The Economics of Cloning
(1) Any normal species would be delighted at the prospect of cloning. No more nasty surprises like sickle cell? or Down syndrome? — just batch after batch of high-grade and, genetically speaking, immortal offspring! But representatives of the human species are responding as if someone had proposed adding Satanism to the grade-school Curriculum. Suddenly, perfectly secular? folks are throwing around words like sanctity and picking up medieval-era arguments against the arrogance of science. No one has proposed burning him at the stake, but the poor fellow who induced a human embryo to double itself has virtually abandoned — proclaiming his reverence for human life in a voice, this magazine reported, “ choking with emotion.”
(2) There is an element of hypocrisy to much of the anticloning frenzy, or if not hypocrisy, superstition. The fact is we are already well down the path leading to genetic manipulation of the depressing sort. Life-forms can be patented, which means they can be bought and sold and potentially traded on the commodities markets. Hu-man embryos are life-forms, and there is nothing to stop anyone from marketing them now, on the same shelf with the Cabbage Patch dolls.
(3) In fact, any culture that encourages in vitro fertilization? has no right to complain about a market in em-bryos. The assumption behind the in vitro industry is that some people’s genetic material is worth more than others’ and deserves to be reproduced at any expense. Millions of low-income babies die every year from pre-ventable ills like dysentery?, while heroic efforts go into maintaining yuppie zygotes? in test tubes at the unicel-lular stage. This is the dread “nightmare” of eugenics in familiar, marketplace form — which involves breeding the best-paid instead of the best. Cloning technology is an almost inevitable by-product of in vitro fertilization. Once you decide to go to the trouble of in vitro, with its potentially hazardous megadoses of hormones? for the female partner and various indignities for the male, you might as well make a few backup copies of any viable? embryo that’s produced. And once you’ve got the backup copies, why not keep a few in the freezer, in case Junior ever needs a new kidney or cornea??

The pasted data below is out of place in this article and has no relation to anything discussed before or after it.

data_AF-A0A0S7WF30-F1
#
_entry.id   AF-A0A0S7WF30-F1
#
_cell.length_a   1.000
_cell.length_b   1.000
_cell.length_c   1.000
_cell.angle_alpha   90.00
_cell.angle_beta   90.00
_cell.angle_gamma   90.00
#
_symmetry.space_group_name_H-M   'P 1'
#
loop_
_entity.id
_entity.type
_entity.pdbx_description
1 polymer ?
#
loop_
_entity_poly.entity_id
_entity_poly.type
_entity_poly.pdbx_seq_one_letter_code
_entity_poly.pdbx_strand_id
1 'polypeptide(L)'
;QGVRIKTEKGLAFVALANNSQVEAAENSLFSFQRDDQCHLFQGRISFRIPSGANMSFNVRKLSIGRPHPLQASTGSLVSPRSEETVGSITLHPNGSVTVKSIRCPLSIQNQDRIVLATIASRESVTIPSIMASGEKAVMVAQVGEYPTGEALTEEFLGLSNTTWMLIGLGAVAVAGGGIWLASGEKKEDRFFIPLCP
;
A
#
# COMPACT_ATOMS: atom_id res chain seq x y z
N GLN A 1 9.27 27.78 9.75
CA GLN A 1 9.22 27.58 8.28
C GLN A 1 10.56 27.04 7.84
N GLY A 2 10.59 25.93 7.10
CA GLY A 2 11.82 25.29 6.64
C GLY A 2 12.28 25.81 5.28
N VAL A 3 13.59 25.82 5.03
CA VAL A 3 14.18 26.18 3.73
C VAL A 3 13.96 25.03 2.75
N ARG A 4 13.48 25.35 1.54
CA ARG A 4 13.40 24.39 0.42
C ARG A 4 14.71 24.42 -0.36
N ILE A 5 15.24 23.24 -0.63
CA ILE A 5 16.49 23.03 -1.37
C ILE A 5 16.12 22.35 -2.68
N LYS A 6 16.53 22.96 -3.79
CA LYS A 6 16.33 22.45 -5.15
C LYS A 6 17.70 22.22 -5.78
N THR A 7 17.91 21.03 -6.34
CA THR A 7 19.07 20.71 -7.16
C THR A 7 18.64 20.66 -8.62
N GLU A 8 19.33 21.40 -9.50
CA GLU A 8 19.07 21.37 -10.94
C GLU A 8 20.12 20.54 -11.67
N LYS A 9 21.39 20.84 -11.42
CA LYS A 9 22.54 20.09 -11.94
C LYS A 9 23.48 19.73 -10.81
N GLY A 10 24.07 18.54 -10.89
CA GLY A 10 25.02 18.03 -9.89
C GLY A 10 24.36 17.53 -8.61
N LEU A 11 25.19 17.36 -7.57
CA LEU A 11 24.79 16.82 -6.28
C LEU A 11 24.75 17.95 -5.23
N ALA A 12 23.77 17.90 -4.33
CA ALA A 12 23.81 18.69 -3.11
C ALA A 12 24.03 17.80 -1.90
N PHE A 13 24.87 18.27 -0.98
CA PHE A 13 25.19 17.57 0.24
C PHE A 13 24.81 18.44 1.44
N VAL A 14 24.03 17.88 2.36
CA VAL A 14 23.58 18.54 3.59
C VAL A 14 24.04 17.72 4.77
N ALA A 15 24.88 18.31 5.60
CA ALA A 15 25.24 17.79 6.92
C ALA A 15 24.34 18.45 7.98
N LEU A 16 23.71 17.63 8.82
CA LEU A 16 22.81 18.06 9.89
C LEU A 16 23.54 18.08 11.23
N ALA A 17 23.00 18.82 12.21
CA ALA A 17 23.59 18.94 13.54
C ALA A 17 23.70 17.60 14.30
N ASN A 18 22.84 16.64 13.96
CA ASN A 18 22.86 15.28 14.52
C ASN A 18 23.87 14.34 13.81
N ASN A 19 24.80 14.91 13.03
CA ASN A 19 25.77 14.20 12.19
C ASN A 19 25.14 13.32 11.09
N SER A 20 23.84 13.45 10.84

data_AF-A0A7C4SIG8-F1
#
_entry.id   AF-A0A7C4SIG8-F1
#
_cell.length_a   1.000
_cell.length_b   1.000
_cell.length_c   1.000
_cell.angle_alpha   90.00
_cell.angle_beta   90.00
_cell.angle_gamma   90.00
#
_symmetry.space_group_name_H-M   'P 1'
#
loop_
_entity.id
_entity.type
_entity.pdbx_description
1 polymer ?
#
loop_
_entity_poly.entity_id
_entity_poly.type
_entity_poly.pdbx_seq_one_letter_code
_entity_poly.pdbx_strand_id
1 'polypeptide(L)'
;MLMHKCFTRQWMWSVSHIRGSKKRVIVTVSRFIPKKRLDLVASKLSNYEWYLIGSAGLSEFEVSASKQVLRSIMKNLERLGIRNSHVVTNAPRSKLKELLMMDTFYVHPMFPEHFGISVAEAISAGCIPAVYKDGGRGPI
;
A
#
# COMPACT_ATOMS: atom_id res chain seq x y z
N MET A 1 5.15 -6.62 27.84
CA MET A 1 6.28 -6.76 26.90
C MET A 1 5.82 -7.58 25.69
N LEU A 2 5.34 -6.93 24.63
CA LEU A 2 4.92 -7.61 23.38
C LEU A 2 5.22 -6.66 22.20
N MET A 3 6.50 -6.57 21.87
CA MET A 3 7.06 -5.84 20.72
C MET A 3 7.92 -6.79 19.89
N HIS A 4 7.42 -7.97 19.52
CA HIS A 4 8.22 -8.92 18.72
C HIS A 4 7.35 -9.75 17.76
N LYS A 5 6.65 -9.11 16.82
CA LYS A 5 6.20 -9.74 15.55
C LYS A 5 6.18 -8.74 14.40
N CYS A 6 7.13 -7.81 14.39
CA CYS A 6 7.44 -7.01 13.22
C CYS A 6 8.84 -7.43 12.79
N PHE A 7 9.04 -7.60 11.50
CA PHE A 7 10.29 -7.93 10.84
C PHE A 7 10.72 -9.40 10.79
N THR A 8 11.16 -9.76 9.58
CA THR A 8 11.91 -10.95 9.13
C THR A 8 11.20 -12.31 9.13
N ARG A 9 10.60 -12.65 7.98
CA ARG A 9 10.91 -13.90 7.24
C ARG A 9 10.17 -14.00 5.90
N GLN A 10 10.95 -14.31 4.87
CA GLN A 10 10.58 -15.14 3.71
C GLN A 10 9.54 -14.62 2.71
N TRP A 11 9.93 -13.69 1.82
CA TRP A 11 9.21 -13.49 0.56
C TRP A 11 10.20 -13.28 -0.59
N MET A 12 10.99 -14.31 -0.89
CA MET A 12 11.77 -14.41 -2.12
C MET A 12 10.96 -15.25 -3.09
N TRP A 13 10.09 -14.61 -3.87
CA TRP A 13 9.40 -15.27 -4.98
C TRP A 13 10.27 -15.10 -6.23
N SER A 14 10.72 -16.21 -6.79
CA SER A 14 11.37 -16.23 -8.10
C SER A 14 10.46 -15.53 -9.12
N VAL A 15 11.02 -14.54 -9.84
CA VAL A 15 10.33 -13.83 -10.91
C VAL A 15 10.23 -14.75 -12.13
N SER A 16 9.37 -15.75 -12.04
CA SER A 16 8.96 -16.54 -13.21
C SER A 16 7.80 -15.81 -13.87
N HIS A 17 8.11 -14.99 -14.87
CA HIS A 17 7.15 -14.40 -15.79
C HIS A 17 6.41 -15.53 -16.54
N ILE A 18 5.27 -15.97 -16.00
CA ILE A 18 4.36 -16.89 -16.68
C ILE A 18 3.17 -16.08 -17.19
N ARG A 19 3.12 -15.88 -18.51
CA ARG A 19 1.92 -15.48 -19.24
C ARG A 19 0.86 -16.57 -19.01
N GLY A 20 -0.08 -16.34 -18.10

(4) No one much likes the idea of thawing out? one of the clone kids to harvest its organs, but according to Andrew Kimbrell, author of The Human Body Shop, in the past few years an estimated 50 to 100 couples have produced babies to provide tissue for an existing child. Plus there is already a thriving market in Third World kidneys and eyes. Is growing your own really so much worse than robbing the bodies of the poor? Or maybe we’ll just clone for the fun of it. If you like a movie scene, you can rewind the tape, so when Junior gets all pimply? and nasty, why not start over with Junior II? Sooner or later, among the in vitro class, instant replay will be considered a human right.
(5) The existential objections ring a bit hollow. How will it feel to be one ______ among hundreds? The anti-cloners ask. Probably no worse than it feels to be the 3 millionth 13-year-old dressed in identical baggy trousers, untied sneakers and baseball cap — a feeling usually described as “cool.” In a mass-consumer society, notions like “precious individuality” are best reserved for the Nike ads.
(6) Besides, if we truly believed in the absolute uniqueness of each individual, there would be none of this unseemly eagerness to reproduce one’s own particular genome. What is it, after all, that drives people to in vitro rather than adoption? Deep down, we don’t want to believe we are each unique, one-time-only events in the universe. We hope to happen again and again. And when the technology arrives for cloning adult individuals, genetic immortality should be within reach of the average multimillionaire. Ross Perot will be followed by a flock of little re-Rosses.
(7) As for the argument that the clones will be sub-people, existing to live up to the vanity of their parents (or their “originals,” as the case may be), since when has it been illegal to use one person as a vehicle for the ambi-tions of another? If we don’t yet breed children for their SAT scores, there is a whole class of people, heavily overlapping with the in vitro class, who coach their kids to get into the nursery schools that offer a fast track to Harvard. You don’t have to have been born in a test tube to be an extension of someone else’s ego.
(8) For that matter, if we get serious about the priceless uniqueness of each individual, many distinguished so-cial practices will have to go. It’s hard to see why people should be able to sell their labor, for example, but not their embryos of eggs. Labor is also made out of the precious stuff of life — energy and cognition? and so forth — which is hardly honored when “unique individuals” by the millions are condemned to mind-killing, repetitive work.
(9) The critics of cloning say we should know what we’re getting into, with all its Orwellian implications. But if we decide to outlaw cloning, we should understand the implications of that. We would be saying in effect that we prefer to leave genetic destiny to the crap shooting? of nature, despite sickle-cell anemia and Tay-Sachs and all the rest, because ultimately we don’t trust the market to regulate life itself. And this may be the hardest thing of all to acknowledge: that it isn’t so much 21st century technology we fear, as what will happen to that tech-nology in the hands of old-fashioned 20th century capitalism.